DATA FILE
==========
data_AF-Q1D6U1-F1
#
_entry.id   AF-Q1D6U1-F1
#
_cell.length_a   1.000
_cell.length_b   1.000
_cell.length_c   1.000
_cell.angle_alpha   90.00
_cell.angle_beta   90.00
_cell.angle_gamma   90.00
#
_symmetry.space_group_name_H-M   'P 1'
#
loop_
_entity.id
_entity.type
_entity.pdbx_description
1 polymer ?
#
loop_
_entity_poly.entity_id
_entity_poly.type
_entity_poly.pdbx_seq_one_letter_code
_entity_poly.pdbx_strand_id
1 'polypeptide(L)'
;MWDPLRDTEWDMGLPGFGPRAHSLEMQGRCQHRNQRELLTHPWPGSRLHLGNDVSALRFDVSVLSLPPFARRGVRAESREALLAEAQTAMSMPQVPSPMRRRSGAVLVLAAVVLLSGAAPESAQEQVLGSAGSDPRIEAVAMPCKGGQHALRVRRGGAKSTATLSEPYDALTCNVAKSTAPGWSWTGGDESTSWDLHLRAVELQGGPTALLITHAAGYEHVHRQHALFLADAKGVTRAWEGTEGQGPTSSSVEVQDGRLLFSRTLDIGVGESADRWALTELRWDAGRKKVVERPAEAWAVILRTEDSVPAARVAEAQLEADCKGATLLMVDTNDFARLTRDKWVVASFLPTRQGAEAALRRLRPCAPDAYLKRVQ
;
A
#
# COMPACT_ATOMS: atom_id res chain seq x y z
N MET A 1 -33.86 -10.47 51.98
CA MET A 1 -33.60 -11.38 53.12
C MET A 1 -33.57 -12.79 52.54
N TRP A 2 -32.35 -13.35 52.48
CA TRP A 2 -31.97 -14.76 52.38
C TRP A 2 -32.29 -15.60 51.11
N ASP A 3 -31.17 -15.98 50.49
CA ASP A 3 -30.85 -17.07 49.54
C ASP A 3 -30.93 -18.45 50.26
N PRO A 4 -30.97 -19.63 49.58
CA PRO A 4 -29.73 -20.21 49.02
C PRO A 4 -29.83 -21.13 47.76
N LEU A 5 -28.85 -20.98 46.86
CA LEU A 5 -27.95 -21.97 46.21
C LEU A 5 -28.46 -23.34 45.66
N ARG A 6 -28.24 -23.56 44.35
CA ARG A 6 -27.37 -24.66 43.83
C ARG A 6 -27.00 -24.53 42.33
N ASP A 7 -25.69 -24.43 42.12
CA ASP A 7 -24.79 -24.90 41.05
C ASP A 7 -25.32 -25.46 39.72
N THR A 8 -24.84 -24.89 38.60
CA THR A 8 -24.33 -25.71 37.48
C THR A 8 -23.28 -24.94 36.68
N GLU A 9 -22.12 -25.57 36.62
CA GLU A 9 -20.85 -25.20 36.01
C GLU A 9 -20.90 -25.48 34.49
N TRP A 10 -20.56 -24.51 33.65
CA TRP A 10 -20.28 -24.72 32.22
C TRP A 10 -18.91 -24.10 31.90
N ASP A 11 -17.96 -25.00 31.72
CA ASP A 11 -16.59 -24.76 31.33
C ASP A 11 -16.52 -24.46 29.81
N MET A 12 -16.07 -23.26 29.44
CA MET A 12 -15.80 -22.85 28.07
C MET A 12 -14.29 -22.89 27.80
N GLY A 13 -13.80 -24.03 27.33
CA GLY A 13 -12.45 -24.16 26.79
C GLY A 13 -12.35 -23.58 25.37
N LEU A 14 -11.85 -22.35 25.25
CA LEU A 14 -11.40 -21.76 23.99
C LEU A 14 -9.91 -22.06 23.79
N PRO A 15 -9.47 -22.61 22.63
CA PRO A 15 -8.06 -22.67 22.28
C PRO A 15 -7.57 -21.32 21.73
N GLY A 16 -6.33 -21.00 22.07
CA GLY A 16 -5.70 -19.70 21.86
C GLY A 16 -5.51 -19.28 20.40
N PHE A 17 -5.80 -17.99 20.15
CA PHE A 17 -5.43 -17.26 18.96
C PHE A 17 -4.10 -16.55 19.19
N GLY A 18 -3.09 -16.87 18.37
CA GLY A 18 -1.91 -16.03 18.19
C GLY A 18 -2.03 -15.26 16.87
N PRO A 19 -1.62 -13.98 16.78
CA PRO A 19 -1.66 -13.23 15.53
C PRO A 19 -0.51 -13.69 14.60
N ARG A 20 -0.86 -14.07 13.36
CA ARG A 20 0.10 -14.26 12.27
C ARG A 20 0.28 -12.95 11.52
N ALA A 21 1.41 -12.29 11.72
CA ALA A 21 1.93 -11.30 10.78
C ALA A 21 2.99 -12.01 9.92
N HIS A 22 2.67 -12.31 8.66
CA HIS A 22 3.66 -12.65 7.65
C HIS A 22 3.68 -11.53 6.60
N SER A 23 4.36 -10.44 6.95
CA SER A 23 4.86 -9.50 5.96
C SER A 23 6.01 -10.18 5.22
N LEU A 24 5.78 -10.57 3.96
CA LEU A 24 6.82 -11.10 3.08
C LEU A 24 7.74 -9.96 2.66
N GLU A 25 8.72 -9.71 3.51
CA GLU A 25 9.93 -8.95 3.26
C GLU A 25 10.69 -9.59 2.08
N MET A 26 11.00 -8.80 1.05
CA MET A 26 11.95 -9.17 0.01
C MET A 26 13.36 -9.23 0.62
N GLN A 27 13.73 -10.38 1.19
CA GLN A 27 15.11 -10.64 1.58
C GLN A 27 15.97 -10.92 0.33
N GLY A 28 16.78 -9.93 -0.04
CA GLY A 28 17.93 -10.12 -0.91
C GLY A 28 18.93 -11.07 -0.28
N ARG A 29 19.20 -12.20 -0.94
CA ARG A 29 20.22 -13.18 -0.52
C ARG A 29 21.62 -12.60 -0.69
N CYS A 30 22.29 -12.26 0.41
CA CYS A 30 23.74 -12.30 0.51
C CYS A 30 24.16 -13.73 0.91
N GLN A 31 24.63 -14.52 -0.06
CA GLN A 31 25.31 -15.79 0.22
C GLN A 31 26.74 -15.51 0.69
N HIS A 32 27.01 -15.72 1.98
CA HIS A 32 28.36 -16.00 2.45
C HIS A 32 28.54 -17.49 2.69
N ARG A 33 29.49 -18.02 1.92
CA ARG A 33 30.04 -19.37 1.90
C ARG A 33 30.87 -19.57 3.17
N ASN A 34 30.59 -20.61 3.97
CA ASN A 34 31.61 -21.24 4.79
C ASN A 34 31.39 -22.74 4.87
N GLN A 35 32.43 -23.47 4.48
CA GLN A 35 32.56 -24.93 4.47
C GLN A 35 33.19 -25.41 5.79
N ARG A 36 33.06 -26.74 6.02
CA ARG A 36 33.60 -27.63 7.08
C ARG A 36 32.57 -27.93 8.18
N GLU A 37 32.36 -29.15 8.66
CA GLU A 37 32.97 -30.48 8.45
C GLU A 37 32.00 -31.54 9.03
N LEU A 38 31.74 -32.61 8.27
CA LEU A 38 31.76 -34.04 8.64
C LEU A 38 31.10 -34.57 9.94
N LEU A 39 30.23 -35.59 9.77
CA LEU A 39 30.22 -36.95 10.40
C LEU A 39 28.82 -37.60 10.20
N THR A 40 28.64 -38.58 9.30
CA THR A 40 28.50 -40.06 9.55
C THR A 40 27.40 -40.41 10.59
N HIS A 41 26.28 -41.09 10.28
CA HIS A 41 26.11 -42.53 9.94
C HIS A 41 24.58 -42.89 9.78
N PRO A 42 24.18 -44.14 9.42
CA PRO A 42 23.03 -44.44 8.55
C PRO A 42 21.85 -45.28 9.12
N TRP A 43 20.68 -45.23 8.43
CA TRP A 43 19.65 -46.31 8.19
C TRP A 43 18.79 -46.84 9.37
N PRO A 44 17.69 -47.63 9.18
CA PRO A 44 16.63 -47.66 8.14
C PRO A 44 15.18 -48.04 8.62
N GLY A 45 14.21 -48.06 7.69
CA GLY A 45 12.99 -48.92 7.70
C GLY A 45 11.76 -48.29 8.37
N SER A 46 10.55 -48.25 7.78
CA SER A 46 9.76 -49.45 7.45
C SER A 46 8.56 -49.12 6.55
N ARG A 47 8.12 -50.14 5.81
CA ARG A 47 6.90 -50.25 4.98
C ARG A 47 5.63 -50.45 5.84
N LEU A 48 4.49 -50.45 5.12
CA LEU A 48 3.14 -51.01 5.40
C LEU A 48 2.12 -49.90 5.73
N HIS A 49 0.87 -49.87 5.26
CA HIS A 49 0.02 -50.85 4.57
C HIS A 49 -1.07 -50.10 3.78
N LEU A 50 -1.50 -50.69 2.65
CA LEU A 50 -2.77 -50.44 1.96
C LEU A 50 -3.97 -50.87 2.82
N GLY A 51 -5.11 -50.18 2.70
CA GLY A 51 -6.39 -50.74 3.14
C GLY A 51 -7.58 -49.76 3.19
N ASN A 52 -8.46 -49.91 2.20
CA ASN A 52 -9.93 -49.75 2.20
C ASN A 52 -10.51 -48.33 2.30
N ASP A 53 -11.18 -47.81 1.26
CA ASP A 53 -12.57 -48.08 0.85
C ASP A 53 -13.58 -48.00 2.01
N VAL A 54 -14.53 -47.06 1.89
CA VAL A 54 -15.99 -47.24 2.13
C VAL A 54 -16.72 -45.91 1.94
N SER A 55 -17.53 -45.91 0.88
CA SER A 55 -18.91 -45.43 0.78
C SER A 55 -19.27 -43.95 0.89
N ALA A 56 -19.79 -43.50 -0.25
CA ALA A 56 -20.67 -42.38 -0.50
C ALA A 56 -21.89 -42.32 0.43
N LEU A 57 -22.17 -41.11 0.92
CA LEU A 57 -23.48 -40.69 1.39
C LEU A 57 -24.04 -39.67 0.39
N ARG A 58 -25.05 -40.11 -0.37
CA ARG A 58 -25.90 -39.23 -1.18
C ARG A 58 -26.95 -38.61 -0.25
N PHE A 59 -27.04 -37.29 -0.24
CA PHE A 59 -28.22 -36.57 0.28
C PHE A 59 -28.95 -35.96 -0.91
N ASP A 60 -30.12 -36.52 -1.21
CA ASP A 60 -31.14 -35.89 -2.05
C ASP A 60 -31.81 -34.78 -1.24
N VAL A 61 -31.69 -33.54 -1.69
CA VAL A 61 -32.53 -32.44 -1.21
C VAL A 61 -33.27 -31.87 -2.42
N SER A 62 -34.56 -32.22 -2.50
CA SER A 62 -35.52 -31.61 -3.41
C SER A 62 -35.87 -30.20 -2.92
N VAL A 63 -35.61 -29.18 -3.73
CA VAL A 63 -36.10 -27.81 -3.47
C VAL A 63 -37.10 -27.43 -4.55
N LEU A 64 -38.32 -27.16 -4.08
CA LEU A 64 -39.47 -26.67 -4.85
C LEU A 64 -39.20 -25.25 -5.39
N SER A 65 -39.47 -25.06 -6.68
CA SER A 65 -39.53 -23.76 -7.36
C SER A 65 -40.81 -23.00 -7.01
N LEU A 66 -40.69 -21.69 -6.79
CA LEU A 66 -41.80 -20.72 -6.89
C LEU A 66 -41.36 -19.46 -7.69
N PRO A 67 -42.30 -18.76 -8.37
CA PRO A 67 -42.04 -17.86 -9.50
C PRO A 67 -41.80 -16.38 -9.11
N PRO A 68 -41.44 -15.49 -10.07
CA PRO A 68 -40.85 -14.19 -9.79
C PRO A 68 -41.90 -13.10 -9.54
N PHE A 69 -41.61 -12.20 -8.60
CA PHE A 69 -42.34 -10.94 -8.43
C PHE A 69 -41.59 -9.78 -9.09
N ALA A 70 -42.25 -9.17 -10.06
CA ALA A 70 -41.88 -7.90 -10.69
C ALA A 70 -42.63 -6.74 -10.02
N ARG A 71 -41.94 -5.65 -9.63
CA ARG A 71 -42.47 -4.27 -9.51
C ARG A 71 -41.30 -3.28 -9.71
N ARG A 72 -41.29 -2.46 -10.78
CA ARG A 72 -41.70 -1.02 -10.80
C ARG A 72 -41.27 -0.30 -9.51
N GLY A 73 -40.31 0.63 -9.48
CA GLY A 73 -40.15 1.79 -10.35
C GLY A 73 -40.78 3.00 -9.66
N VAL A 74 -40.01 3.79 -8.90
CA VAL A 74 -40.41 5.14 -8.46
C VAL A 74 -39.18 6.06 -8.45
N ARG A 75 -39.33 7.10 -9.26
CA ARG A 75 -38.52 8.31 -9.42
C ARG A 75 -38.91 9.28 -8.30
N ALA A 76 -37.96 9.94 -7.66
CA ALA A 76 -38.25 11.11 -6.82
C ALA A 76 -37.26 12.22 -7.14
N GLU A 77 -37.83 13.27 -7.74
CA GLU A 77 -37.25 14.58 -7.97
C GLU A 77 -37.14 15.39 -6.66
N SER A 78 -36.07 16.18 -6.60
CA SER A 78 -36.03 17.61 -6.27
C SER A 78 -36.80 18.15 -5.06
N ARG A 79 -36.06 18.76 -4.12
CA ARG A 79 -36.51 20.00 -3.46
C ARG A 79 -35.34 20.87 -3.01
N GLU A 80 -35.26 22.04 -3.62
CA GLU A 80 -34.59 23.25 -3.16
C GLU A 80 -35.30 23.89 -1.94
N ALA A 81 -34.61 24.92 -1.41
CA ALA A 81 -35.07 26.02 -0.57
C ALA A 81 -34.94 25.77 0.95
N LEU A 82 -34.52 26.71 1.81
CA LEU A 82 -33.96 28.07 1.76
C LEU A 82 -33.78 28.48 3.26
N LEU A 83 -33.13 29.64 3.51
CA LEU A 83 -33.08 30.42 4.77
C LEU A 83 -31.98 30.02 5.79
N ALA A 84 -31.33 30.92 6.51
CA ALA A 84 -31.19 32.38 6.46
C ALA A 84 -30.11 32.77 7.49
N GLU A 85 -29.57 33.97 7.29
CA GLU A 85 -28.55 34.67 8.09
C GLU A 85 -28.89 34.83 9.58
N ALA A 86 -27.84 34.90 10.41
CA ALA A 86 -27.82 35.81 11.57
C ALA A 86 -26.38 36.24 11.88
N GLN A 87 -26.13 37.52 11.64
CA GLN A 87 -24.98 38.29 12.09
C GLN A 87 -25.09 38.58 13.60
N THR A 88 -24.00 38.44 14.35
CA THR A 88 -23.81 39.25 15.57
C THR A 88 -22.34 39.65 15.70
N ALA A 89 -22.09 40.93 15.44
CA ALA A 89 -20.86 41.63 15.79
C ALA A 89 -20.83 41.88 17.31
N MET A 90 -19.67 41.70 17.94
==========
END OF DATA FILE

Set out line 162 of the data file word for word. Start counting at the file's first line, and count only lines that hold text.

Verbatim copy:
C PRO A 44 15.18 -48.04 8.62